Write About It, If You Dare

“Most people are other people. Their thoughts are someone else’s opinions, their lives a mimicry, their passions a quotation.” ― Oscar Wilde

Write about it.

Want to be liked? Get ready to relegate yourself to last place. Get ready to spend your hours studying what pleases people and then more minutes, hours, days to dedicate your life to doing that, the thing everyone likes. Last-place-people work hard. The pathological need for external approval is silencing us.

Write about that pathology.

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My Practice Went A Little Awry

“There is a ruthlessness to the creative act. It often involves a betrayal of the status quo.” ―Alan Watt

I have a few habits that prepare my thoughts for my writing time. I’m lucky to have two weekday mornings every week that I can write until 10 am. I wake up early and get started before the movement of the house begins. I take advantage of being an early riser on the weekends as well and I use that quiet time the same way: meditation and writing, for a total of four days/week. Sometimes I’m pleased with the work, other times it’s words and words of unused drafts. All part of the learning curve of finding and expressing my voice.

Over the summer I noticed I was becoming a little particular with my ritual. What started out as a cup of coffee and a quick meditation became an indecisive time-consuming mess robbing me of words on the page.

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On Quitting: A Writer’s Dilemma

For several years I have been working on versions of an essay titled “Why I Quit School,” and now it has become my memoir project. From the moment I stepped into my kindergarten classroom to the moment I walked out of my university office for the last time, I’ve had a tortured relationship with formal education. Instinctually, I knew its obsession with compliance, uniformity, and competition was antithetical to real learning and growth, but I couldn’t keep myself from participating, from trying to show my classmates and teachers I could could excel within the system while giving it the finger at the same time. At times I succeeded, but ultimately the battle I was waging exhausted me and I had to walk away.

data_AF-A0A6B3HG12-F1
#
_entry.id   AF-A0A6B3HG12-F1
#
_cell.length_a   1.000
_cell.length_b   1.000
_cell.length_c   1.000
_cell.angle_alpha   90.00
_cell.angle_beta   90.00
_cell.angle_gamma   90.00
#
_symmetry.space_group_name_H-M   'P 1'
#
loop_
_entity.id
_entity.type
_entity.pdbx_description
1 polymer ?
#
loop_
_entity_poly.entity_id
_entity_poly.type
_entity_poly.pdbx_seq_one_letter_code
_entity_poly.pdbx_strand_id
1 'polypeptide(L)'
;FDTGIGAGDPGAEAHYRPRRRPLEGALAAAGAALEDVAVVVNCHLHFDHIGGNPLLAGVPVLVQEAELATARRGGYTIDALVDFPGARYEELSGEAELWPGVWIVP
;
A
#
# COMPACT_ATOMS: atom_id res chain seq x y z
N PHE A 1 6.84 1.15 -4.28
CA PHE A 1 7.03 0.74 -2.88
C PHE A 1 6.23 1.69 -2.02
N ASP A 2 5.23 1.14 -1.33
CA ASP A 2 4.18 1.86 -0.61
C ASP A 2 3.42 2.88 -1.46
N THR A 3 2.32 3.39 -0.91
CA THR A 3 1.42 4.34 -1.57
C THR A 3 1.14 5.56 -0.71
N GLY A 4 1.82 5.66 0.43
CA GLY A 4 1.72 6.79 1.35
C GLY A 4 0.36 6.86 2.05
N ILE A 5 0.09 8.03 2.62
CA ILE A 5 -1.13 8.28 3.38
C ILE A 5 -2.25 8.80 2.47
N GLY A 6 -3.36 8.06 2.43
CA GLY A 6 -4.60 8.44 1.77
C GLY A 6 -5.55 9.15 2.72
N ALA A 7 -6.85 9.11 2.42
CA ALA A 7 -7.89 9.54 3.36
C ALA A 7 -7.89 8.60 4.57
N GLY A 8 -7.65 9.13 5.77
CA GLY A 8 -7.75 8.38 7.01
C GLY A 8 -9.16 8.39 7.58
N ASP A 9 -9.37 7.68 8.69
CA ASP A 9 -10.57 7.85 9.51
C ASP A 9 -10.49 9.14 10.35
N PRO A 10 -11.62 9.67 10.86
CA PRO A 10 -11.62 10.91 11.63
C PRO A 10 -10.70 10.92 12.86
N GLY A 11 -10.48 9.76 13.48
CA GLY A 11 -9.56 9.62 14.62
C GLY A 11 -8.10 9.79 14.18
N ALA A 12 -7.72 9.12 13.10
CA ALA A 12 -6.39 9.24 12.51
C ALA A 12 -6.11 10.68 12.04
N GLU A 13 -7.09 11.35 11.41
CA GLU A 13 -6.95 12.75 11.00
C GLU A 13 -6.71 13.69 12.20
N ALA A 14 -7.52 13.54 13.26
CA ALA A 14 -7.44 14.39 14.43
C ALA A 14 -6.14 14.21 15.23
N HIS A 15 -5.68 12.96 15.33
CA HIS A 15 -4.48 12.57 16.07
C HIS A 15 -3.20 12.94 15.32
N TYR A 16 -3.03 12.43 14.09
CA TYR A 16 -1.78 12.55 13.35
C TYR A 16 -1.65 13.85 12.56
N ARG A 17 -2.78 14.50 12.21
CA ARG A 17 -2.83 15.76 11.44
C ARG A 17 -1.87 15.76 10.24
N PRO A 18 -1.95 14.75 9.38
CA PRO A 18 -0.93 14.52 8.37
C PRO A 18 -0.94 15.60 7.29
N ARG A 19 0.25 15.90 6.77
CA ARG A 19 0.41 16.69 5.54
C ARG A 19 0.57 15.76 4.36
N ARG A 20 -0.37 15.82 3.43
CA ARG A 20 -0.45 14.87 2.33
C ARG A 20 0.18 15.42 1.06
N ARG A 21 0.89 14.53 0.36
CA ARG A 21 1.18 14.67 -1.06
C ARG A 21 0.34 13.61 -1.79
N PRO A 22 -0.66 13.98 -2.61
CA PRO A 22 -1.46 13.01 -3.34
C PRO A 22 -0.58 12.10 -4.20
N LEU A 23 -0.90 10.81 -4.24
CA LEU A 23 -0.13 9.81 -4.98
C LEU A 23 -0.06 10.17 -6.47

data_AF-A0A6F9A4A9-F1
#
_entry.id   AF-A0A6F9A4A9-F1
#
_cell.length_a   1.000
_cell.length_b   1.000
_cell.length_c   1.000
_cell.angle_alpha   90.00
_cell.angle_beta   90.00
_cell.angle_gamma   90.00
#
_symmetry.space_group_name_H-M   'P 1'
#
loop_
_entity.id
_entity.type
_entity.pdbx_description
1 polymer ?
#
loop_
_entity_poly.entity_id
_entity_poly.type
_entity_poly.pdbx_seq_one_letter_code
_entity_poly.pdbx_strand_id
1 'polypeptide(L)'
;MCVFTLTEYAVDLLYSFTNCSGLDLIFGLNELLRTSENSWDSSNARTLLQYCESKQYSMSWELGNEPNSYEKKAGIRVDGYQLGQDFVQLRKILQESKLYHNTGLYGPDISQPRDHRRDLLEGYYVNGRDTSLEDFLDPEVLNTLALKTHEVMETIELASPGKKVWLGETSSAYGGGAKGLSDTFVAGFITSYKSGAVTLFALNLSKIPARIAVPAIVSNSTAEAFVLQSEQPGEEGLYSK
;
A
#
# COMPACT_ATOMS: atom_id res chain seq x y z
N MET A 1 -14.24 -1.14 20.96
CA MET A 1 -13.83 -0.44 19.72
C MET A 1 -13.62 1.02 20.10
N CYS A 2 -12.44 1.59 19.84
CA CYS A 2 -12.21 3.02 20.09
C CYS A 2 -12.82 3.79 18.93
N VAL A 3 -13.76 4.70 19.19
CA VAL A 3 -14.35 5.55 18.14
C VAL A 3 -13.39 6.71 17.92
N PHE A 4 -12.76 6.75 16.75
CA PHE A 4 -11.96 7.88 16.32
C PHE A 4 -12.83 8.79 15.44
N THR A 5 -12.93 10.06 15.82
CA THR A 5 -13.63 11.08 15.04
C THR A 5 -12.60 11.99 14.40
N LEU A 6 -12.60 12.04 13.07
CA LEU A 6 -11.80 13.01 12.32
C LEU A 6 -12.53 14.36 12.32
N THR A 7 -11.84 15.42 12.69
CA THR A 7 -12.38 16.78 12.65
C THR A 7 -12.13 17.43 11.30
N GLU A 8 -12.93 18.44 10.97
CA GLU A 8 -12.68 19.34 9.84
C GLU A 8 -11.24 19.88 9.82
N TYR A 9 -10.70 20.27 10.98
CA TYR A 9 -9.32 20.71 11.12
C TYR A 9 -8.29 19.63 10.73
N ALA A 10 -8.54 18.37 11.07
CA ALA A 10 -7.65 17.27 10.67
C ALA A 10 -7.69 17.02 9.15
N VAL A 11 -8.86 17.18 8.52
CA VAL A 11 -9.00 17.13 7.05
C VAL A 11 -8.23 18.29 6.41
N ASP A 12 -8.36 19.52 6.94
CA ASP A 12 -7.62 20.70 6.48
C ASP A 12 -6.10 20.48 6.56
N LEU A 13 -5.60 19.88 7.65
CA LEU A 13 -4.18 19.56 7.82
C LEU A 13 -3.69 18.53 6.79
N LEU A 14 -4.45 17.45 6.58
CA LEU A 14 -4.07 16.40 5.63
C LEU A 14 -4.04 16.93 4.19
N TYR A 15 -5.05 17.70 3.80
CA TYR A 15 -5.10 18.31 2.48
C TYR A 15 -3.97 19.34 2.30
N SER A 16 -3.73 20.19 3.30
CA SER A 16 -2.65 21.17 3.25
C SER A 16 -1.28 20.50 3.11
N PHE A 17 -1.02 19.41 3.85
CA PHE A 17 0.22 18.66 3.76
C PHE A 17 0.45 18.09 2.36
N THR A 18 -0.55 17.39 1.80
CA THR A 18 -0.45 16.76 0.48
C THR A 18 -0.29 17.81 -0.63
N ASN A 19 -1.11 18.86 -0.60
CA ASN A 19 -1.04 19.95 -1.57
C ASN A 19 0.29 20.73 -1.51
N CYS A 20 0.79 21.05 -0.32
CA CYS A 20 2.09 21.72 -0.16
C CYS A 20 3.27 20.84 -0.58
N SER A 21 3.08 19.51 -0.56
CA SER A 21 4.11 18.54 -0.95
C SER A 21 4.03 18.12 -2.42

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The Other Side of Silence

Dear Reader,

Amy originally wrote this post for her blog, Elliott’s Provisions, in July of last year after our first writing retreat in California. At that time, a Trump presidency was still only a nightmare we hoped would never come true, and we in this group were still grappling with the struggles, desires, and responsibilities of being a writer. If you are struggling with how to make your writing, your art, meaningful in these violent times, we hope this will help.

In love and solidarity,
The Fixin’ to Write Contributors

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Waiting for Permission

My dad is writing a novel. I didn’t expect him to do this. He’s a 75 year old retired mechanical engineer with stage 4 cancer, whose writing accomplishments include passing “English for physics majors” at Berkeley in the 60s.

He announced his plan to introduce retiree-generation-post-apocalyptic fiction to the mainstream by bringing chapter one with him on a family vacation last month. He printed out a couple copies and left them on the counter in the kitchen.

The first day, I walked by it and pretended I didn’t see it. I saw the cover sheet (“Nowhere to Hide,” Chapter One, The Reckoning) and I suspected my dad had taken up fiction writing. I just couldn’t believe it.

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Writing Through the Political Turmoil

Since the Fall of 2016 I’ve been living with a car that constantly needs work and a country that continually feels broken. Every few weeks another sensor on my dash would light up – I’ve been spending countless dollars in a perpetual state of irritation each time it needs to go into the shop, not unlike every time I turn on the news.

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What’s Not Getting Done When the Creative Work Is

I have written more in the past year than at any other time in my life. I’ve published book reviews. I’ve entered writing contests. I’ve offered feedback to friends on their writing. And I have written a 50,000+ word manuscript. Sure, it’s messy, and it needs some deep revision, but I wrote those 50,000+ words and I’m proud of it.

This writing has been squeezed in around parenting a three year-old, maintaining our family’s schedule, dealing with quite a bit of change in my original family, and working a full-time job. I know what you’re thinking. I’m Superwoman, right? You’re thinking, like the book turned movie title, “I don’t know how she does it.”

Here are some things I’ve let go in order to write in the past year. I am not proud, but when people want to know how I get it all done, this is the real answer.

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